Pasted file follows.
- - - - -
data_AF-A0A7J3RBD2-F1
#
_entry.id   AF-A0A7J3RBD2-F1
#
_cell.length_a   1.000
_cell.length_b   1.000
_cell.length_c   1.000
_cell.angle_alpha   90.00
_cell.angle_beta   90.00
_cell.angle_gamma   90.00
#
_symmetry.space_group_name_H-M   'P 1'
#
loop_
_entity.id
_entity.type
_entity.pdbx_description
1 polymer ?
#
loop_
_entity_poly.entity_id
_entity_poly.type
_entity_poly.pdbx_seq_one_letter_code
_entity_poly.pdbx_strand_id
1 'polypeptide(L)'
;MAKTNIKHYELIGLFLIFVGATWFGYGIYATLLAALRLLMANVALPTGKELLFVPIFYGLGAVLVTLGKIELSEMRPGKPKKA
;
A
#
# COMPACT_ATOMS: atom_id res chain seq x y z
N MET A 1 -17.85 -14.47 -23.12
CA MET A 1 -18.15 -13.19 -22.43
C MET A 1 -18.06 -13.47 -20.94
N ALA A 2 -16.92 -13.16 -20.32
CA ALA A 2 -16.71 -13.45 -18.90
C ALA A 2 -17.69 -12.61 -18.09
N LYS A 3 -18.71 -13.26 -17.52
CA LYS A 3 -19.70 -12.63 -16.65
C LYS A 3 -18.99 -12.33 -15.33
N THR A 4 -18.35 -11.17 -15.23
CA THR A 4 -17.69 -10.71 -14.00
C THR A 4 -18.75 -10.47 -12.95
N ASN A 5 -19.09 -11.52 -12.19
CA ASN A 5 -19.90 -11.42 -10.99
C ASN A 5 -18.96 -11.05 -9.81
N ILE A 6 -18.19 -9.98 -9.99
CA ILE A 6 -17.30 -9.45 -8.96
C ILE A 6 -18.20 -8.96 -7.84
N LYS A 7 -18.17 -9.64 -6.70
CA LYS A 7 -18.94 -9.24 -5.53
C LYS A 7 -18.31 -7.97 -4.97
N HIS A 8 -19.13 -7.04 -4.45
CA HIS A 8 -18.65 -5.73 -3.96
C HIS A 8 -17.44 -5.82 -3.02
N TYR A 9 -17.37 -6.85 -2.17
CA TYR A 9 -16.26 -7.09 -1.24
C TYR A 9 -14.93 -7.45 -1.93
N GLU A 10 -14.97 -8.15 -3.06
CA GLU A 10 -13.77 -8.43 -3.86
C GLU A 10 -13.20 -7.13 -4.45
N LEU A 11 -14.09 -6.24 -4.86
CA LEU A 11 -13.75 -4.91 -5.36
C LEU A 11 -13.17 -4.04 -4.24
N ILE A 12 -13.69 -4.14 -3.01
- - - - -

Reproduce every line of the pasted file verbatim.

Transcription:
data_AF-A0A7J3RBD2-F1
#
_entry.id   AF-A0A7J3RBD2-F1
#
_cell.length_a   1.000
_cell.length_b   1.000
_cell.length_c   1.000
_cell.angle_alpha   90.00
_cell.angle_beta   90.00
_cell.angle_gamma   90.00
#
_symmetry.space_group_name_H-M   'P 1'
#
loop_
_entity.id
_entity.type
_entity.pdbx_description
1 polymer ?
#
loop_
_entity_poly.entity_id
_entity_poly.type
_entity_poly.pdbx_seq_one_letter_code
_entity_poly.pdbx_strand_id
1 'polypeptide(L)'
;MAKTNIKHYELIGLFLIFVGATWFGYGIYATLLAALRLLMANVALPTGKELLFVPIFYGLGAVLVTLGKIELSEMRPGKPKKA
;
A
#
# COMPACT_ATOMS: atom_id res chain seq x y z
N MET A 1 -17.85 -14.47 -23.12
CA MET A 1 -18.15 -13.19 -22.43
C MET A 1 -18.06 -13.47 -20.94
N ALA A 2 -16.92 -13.16 -20.32
CA ALA A 2 -16.71 -13.45 -18.90
C ALA A 2 -17.69 -12.61 -18.09
N LYS A 3 -18.71 -13.26 -17.52
CA LYS A 3 -19.70 -12.63 -16.65
C LYS A 3 -18.99 -12.33 -15.33
N THR A 4 -18.35 -11.17 -15.23
CA THR A 4 -17.69 -10.71 -14.00
C THR A 4 -18.75 -10.47 -12.95
N ASN A 5 -19.09 -11.52 -12.19
CA ASN A 5 -19.90 -11.42 -10.99
C ASN A 5 -18.96 -11.05 -9.81
N ILE A 6 -18.19 -9.98 -9.99
CA ILE A 6 -17.30 -9.45 -8.96
C ILE A 6 -18.20 -8.96 -7.84
N LYS A 7 -18.17 -9.64 -6.70
CA LYS A 7 -18.94 -9.24 -5.53
C LYS A 7 -18.31 -7.97 -4.97
N HIS A 8 -19.13 -7.04 -4.45
CA HIS A 8 -18.65 -5.73 -3.96
C HIS A 8 -17.44 -5.82 -3.02
N TYR A 9 -17.37 -6.85 -2.17
CA TYR A 9 -16.26 -7.09 -1.24
C TYR A 9 -14.93 -7.45 -1.93
N GLU A 10 -14.97 -8.15 -3.06
CA GLU A 10 -13.77 -8.43 -3.86
C GLU A 10 -13.20 -7.13 -4.45
N LEU A 11 -14.09 -6.24 -4.86
CA LEU A 11 -13.75 -4.91 -5.36
C LEU A 11 -13.17 -4.04 -4.24
N ILE A 12 -13.69 -4.14 -3.01